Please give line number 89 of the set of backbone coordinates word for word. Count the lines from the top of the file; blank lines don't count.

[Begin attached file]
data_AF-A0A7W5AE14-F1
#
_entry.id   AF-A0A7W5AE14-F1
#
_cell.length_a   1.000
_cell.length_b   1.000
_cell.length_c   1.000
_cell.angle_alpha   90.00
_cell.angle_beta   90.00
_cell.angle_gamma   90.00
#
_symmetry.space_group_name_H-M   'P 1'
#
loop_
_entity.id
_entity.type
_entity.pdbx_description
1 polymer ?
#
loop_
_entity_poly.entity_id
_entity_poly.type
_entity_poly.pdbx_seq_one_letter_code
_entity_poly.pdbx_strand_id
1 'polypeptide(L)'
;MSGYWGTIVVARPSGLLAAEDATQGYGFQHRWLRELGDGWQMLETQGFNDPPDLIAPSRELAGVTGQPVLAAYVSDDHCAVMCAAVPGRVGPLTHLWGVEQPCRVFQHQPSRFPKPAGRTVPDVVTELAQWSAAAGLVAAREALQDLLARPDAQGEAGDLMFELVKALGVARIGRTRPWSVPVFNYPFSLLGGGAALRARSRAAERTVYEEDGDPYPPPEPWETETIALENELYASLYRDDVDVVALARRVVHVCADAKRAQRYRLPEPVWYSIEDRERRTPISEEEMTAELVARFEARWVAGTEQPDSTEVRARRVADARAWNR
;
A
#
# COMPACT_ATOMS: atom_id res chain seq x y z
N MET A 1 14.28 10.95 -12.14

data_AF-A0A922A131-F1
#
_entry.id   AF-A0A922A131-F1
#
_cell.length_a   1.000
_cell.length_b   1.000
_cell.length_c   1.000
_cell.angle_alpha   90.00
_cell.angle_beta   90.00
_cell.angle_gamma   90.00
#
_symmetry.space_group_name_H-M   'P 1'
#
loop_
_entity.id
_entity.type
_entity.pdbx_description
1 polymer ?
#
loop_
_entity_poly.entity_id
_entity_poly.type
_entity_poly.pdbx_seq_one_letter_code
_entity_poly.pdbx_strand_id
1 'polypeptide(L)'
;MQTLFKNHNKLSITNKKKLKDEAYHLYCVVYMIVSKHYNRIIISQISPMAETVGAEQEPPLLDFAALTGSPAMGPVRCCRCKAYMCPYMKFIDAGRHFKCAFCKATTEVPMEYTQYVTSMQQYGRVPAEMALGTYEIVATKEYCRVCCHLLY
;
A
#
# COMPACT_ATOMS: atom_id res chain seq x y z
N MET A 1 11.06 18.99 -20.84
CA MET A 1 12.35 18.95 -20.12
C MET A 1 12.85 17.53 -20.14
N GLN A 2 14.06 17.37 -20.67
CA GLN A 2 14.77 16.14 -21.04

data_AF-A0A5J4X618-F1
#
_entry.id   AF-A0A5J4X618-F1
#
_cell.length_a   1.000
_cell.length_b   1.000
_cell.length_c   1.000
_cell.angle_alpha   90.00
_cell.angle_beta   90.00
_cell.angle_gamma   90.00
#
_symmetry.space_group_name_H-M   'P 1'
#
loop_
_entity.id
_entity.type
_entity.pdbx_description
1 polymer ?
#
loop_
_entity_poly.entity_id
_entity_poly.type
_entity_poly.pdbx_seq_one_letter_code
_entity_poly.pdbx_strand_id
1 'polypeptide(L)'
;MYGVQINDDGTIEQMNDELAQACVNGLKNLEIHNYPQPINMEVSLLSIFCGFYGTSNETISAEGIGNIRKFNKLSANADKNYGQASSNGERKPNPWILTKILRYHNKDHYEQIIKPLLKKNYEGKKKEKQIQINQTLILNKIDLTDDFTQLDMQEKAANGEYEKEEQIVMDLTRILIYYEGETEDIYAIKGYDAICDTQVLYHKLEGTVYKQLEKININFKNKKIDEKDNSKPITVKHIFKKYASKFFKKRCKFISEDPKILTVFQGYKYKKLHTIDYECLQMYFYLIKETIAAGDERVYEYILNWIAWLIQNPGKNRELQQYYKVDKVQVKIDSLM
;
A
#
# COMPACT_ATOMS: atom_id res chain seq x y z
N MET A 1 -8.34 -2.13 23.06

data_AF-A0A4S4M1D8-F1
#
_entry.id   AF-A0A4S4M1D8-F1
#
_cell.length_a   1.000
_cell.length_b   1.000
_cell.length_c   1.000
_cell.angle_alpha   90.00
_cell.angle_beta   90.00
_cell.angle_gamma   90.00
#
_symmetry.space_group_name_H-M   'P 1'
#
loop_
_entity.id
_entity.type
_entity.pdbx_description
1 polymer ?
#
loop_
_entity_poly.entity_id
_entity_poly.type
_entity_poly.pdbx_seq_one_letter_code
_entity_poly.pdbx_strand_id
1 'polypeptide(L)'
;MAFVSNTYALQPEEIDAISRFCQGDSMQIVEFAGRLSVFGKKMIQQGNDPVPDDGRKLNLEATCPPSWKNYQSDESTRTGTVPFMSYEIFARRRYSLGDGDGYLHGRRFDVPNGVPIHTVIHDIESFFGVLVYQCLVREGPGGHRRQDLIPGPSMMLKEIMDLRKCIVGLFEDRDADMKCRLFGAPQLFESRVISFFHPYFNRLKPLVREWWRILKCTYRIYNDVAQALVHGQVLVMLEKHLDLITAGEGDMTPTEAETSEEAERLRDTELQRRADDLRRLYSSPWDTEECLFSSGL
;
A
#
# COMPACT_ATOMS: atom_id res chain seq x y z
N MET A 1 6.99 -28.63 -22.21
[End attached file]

_entity_poly.pdbx_seq_one_letter_code